Predicting Self-Initiated Marijuana Use Cessation Among Youth at Continuation High Schools.

Predicting Self-Initiated Marijuana Use Cessation among Youth at Continuation High Schools.

Front Psychiatry. 2013; 4: 69
Little MA, Spruijt-Metz D, Pokhrel P, Sun P, Rohrbach LA, Sussman S

The current article reports a large scale study of the prediction of marijuana use cessation among individuals attending alternative high schools who were regular users at baseline. Based on the Triadic Influence Theory, predictors of marijuana use cessation at 1-year follow-up were organized by type of influence (e.g., interpersonal, cultural and attitudinal, and intrapersonal) and level of influence (e.g., distal and ultimate). Among the 522 students who were past 30-day marijuana users at baseline, quitting was defined as having not used marijuana in the last 30?days at 1-year follow-up (43% of baseline users). To account for the level of influence we employed a theory-based analytic strategy, hierarchical regression. In the final multivariate model, lower level of baseline marijuana use and less of a likelihood to endorse pro-drug-use myths remained predictors of marijuana use cessation 1-year later. Implications of these findings include the need to develop cessation programs that reduce psychological dependence on marijuana use, and correct cognitive misperceptions about drug use in order to help adolescents make decisions that lead to health-promoting behaviors. HubMed – drug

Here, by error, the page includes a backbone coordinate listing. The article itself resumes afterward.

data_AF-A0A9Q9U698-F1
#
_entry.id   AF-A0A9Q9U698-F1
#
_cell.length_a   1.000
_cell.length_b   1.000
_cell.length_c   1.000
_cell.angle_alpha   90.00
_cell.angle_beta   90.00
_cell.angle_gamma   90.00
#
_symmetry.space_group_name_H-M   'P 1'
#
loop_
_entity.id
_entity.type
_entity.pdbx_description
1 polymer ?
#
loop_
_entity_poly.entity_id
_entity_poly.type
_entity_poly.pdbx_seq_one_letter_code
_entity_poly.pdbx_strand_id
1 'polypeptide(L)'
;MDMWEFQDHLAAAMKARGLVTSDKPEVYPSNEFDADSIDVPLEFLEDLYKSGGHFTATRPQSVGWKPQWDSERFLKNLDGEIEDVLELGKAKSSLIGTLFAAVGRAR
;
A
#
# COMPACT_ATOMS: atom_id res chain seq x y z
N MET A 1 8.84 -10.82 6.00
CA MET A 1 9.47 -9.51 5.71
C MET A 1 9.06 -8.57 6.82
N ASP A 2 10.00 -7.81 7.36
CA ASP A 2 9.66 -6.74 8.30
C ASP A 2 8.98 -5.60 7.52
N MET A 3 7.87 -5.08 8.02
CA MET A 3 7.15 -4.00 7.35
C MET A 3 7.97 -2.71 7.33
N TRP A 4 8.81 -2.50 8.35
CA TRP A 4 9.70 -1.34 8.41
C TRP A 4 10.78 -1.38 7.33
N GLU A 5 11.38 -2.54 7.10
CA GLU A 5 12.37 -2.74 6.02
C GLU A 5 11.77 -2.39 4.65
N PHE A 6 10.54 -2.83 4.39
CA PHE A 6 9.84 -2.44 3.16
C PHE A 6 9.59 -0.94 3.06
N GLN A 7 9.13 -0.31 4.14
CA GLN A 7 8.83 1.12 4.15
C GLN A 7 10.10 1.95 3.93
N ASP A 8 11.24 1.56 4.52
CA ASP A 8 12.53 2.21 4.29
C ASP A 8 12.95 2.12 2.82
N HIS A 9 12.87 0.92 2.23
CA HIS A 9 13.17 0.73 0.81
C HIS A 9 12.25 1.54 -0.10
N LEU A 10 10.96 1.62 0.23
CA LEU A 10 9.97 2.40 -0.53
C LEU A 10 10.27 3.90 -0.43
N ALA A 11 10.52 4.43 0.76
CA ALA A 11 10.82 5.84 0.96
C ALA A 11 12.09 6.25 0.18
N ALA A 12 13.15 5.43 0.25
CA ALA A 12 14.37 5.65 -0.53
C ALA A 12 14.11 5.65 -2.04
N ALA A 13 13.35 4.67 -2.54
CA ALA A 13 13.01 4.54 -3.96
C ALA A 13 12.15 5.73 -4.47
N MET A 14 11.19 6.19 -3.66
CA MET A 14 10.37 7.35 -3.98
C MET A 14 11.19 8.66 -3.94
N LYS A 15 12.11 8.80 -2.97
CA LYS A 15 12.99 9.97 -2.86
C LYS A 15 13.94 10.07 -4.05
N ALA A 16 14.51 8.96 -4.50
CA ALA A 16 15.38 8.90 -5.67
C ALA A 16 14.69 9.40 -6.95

Traditional medicines and globalization: current and future perspectives in ethnopharmacology.

Front Pharmacol. 2013; 4: 92
Leonti M, Casu L